Towson's injury-depleted passing attack doesn't faze running back Terrance West

Absences of Wilkins, Kinnard could mean added pressure for Tigers' star junior

  • Old Dominion's Fellonte Misher, tackles Towson's Leon Kinnard (Loyola High) during the first half of their meeting in October. Kinnard and wide receiver Spencer Wilkins are out for the rest of the season with injuries.
Old Dominion's Fellonte Misher, tackles Towson's… (Steve Ruark / Photo for The…)
December 04, 2013|By Edward Lee, The Baltimore Sun

The absence of starting wide receivers Spencer Wilkins and Leon Kinnard for seventh-seeded Towson’s second-round game against Fordham in the NCAA Division I Football Championship this Saturday at Johnny Unitas Stadium might be seen as a crippling blow for the Tigers' passing offense.

It could also be viewed as even more of a burden on junior running back Terrance West, who leads the country in average rushing yards (155.4 per game) and rushing touchdowns (30) and ranks second in rushing (1,865 yards). But if the Baltimore native and Northwestern graduate is supposed to wilt in the face of that pressure, he is not budging.

“I love pressure,” West said after practice on Tuesday night. “I love the pressure on my shoulders. I like performing for the fans. I like performing for people that want to see me fall. I’m up for the challenge, and we are up for the challenge. It’s not just me. The team has got my back, and I’ve got their back. Put it all together, and good things will take care of themselves.”

The Tigers (10-2) have relied heavily on West after losing Wilkins, an Ellicott City native and Mount Hebron graduate who led the offense in receiving yards (691) and touchdown catches (four), and Kinnard, a Reisterstown native and Loyola High graduate who led the team in receptions (43), to unspecified season-ending injuries.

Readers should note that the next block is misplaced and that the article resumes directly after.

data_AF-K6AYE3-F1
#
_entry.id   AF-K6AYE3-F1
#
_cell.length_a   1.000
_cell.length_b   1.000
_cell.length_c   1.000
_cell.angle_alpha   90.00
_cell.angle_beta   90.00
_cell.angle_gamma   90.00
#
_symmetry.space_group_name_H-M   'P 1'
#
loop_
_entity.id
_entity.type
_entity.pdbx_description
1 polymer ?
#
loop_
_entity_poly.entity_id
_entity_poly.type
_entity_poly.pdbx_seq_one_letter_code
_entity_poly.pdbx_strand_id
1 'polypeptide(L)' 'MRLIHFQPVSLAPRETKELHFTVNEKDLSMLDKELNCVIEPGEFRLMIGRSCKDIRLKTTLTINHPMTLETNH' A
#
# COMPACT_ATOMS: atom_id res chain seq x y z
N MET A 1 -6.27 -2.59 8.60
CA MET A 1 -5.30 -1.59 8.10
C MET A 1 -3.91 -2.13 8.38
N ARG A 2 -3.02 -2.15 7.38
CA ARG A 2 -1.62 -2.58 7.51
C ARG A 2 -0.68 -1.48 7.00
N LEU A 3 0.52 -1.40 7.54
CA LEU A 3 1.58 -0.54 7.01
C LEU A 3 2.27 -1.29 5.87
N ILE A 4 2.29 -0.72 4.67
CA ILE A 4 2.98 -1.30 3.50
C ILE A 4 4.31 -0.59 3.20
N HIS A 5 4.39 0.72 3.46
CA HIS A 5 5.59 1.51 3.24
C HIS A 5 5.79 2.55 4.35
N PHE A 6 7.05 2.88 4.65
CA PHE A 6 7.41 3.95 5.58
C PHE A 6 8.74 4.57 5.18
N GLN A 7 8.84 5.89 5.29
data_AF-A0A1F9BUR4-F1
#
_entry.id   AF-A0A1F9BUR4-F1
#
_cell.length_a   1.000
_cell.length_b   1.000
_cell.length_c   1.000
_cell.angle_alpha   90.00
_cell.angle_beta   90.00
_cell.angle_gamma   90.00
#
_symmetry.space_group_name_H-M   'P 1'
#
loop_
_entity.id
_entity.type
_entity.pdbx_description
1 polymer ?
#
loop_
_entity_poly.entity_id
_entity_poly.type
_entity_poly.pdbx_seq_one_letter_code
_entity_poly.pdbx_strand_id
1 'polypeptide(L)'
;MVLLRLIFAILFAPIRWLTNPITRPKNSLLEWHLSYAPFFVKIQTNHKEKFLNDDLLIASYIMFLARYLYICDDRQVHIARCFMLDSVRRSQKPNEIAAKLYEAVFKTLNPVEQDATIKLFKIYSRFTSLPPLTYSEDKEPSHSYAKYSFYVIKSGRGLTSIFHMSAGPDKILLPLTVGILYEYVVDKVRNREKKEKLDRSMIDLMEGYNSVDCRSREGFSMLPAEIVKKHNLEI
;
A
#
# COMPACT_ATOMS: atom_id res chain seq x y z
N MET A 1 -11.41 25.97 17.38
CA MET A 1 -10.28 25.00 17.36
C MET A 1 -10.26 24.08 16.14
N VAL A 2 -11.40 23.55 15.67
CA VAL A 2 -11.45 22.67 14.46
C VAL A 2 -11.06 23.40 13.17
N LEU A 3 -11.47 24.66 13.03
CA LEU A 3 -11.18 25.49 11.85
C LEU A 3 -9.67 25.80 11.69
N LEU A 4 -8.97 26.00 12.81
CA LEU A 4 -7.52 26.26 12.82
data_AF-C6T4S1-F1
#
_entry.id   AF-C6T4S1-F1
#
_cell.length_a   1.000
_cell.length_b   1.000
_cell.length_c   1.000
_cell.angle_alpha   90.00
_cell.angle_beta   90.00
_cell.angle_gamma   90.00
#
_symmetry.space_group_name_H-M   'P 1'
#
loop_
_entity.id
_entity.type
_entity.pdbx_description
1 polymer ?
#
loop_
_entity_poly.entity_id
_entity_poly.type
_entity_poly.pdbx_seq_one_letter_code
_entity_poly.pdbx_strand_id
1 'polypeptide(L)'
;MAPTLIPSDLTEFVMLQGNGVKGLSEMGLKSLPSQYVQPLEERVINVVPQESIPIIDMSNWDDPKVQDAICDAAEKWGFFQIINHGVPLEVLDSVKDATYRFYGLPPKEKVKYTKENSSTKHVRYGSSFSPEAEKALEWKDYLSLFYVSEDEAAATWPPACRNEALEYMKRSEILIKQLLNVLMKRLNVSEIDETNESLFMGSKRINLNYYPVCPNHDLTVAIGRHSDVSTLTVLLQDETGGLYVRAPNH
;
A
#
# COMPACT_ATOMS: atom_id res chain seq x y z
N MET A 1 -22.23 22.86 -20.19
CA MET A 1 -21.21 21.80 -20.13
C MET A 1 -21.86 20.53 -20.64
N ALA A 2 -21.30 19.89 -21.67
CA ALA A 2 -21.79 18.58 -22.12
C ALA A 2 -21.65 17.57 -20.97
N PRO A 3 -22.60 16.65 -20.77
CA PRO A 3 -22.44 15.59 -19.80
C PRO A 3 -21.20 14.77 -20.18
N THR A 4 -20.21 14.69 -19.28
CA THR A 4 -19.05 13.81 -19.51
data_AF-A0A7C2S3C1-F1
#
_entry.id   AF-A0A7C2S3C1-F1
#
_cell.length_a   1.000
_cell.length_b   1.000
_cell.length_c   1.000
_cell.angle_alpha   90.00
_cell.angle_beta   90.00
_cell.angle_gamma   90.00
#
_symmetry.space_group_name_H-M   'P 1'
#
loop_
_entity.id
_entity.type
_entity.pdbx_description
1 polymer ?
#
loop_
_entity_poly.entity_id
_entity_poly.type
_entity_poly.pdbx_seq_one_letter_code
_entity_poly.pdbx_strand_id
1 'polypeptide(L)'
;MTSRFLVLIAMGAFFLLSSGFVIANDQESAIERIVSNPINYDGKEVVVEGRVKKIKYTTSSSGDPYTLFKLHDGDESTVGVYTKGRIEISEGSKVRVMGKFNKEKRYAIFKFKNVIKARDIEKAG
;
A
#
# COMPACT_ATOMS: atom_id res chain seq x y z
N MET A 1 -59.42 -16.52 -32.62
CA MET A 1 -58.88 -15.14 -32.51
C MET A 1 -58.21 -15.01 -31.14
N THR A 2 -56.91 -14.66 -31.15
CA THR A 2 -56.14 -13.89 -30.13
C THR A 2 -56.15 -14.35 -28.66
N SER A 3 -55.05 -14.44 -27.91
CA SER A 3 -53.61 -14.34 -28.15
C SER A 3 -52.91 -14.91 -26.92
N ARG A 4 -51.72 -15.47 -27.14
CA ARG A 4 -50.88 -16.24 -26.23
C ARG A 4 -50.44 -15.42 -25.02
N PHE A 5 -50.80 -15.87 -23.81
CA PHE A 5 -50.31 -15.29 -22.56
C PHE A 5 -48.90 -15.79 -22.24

Senior quarterback Peter Athens has not surpassed the 171-yard mark in either of his past two starts, but head coach Rob Ambrose said the burden of the offense does not fall solely on West, who is one of three finalists for the Walter Payton Award, given annually to the top player in the Football Championship Subdivision.

“I think it puts a little pressure on the entire team,” he said. “You’ve heard me say time and time again that this is a team game, whether it’s offense, defense or special teams. When one guy goes down, we all have to step up, circle the wagons and bring a little bit more of our game to the table. So I don’t think there’s any pressure on anybody individually. There’s [fewer] arrows in the quiver, so to speak, but we just need to be more accurate.”

West said he is aiming for at least 150 rushing yards against the Rams (12-1). He also knows that if he and the running game can be productive, Towson should be in position to move onto the quarterfinals.

“I’ve got to put out a lot on the field,” West said. “Spencer and Leon were two great wide receivers. That was a big, tough loss. But we can’t stop. We’ve got guys that want to step up, and we’ve got guys that are ready for the challenge. Yes, I’ve got a big role to play. I’ve got to get my yards, I’ve got to put up points on the board and I’m up for the challenge. I’m ready.”

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